2. Radiometric calibration
  3. Terrain correction using SRTM 30 or ASTER DEM for areas greater than 60 degrees latitude, where SRTM is not available. The final terrain-corrected values are converted to decibels via log scaling (10*log10(x)).

It´s ok, I understand. It´s similar to my workflow GRD_Hub to GRD.
However, the article linked (https://developers.google.com/earth-engine/guides/sentinel1) to those steps shows:

  1. Apply orbit file; restituted orbit file.
  2. GRD border noise removal.
  3. Thermal noise removal.
  4. Radiometric calibration.
  5. Terrain correction; orthorectification); using SRTM 30 meter DEM or the ASTER DEM for high latitudes (greater than 60° or less than -60°).

Both workflows are clear but I need to know which one is followed to obtain GRD.

Thanks in advance,

Juanjo V.

Why not ask to the GEE support (follow from here)?
My reply was an attempt to get you to search for information yourself - most of it is public.

This is a SNAP forum, a place to for obtaining community help for a specific ESA software - not Google… this doesn’t exclude that someone in the community is able to help you but just don’t expect this upfront.
Please also note that ESA is not responsible for how data is managed outside the official the official distribution channels - i.e. in GEE, AWS, etc.

Sure, sorry for that. I am asking to GGE too.

I was explaining , as a introduction, what I am done with GGE in order to compare with ESA GRD product.

Focused on GRD ESA, Sentinel -1 on -line documentation (https://sentinels.copernicus.eu/web/sentinel/user-guides/sentinel-1-sar/product-types-processing-levels/level-1) speak about GRD corrected (using the terrain height)…etc:
‘Level-1 Ground Range Detected (GRD) products consist of focused SAR data that has been detected, multi-looked and projected to ground range using the Earth ellipsoid model WGS84. The ellipsoid projection of the GRD products is corrected using the terrain height specified in the product general annotation. The terrain height used varies in azimuth but is constant in range (but can be different for each IW/EW sub-swath).’

but in order to get GRD georeferenced you need to pre-process the scene because doen not is showed (SNAP) georeferenced, this is my confusion.

Several authors explain this processing as:
image

At the begining, I thought GRD ESA product was as Sentinel -1 on -line documentation explain,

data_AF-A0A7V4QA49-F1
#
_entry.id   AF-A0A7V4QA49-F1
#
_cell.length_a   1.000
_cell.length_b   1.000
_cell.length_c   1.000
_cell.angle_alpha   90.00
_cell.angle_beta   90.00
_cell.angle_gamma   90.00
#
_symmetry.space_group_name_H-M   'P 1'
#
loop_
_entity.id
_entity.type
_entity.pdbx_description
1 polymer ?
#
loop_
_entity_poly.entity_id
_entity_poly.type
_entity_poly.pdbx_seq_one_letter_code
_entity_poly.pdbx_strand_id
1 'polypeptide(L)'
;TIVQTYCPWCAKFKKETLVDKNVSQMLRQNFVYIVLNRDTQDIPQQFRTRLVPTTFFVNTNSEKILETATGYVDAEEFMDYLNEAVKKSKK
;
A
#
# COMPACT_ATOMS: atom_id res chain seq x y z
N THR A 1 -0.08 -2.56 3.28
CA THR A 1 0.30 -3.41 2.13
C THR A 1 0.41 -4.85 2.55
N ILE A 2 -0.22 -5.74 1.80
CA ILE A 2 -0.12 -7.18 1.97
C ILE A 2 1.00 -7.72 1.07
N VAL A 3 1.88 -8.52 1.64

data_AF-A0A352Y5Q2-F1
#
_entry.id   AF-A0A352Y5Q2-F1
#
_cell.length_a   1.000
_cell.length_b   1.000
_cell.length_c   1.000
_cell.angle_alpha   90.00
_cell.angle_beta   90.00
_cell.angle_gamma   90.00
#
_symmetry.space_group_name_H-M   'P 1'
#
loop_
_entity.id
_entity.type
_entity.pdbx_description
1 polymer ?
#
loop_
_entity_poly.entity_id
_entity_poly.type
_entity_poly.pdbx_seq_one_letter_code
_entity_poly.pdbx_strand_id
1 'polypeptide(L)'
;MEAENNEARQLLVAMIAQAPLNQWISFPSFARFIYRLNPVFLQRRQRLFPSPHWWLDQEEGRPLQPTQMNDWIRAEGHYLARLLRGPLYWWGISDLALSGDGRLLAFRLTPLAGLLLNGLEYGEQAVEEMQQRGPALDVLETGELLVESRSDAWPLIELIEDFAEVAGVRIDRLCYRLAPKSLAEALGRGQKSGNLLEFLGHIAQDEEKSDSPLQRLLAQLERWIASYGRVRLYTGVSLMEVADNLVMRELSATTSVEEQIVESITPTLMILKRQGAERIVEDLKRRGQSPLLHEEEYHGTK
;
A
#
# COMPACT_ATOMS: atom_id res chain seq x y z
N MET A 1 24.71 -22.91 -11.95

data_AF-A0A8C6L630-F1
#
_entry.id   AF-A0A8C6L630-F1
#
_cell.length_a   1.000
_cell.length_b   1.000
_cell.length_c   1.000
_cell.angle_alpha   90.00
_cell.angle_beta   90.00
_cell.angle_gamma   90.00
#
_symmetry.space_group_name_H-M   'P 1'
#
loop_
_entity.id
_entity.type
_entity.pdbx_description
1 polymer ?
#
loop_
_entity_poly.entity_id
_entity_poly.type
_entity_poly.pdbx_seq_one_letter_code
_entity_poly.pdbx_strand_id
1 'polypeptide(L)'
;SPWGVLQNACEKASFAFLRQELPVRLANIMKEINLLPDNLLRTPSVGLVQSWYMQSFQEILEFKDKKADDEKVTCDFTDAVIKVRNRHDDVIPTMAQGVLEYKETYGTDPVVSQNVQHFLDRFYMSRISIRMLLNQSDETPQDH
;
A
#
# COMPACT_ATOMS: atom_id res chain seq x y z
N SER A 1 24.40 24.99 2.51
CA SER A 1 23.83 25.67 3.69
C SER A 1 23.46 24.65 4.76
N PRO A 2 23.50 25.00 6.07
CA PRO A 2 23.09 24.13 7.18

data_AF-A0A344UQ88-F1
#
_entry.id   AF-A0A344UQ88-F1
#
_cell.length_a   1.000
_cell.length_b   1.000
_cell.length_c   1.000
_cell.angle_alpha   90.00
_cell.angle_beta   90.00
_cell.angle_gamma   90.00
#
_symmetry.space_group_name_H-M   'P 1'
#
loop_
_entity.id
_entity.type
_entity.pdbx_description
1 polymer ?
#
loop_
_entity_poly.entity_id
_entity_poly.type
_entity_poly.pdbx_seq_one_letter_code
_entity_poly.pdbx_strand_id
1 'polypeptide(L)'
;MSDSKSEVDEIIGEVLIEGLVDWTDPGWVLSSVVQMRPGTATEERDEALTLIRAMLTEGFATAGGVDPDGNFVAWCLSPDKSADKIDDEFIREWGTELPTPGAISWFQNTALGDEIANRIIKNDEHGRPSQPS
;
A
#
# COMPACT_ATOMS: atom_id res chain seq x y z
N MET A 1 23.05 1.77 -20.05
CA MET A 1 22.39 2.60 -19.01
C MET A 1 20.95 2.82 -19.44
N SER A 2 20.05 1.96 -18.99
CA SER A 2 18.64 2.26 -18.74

Thanks,

Juanjo

I think we are mixing two different things.

The explanation you quoted is how geocoding is stored in GRD products in general (multi-looked Amplitude/Intensity, as you can download them in the Copernicus data hub) while the workflow you show in the figure is the conversion of these GRD products into radiometrically calibrated and terrain-corrected Sigma0 values. As you say, the latter is not provided for download.
Buit I agree that the documentation how exactly this is done in the Google Earth Engine is not very detailed.

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I agree @ABraun about how is geocoded is stored in GRD products and workflow explains how to get sigma0 values. Anyway, when you download GRD product from Copernicus data hub scene is inverted and not georeferenced.

‘I think we are mixing two different things.’ This is I am tryinng to solve…

Juanjo

it is inverted because of the ascending orbit, but it still contains geocoding information which allows to project it accordingly. This product level gives the user the freedom to select the way of pre-proessing and all its parameters (resampling, coordinate reference system etc.), but conains all necessary metadata to do so.

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Additonal: Terrain correction moves image pixels to their exact location based on an underlying DEM. This is more precise than the geolocation information which is stored inside a GRD product. At the same time, the data is projected into a coordinate reference system. In most cases, this means that north is at the top afterwards and the image is rotated accordingly.

Please check the explanations in this tutorial: SAR Basics with the Sentinel-1 Toolbox

Similar, but with additional radiometric normalization: How to radiometrically terrain correct Sentinel-1 data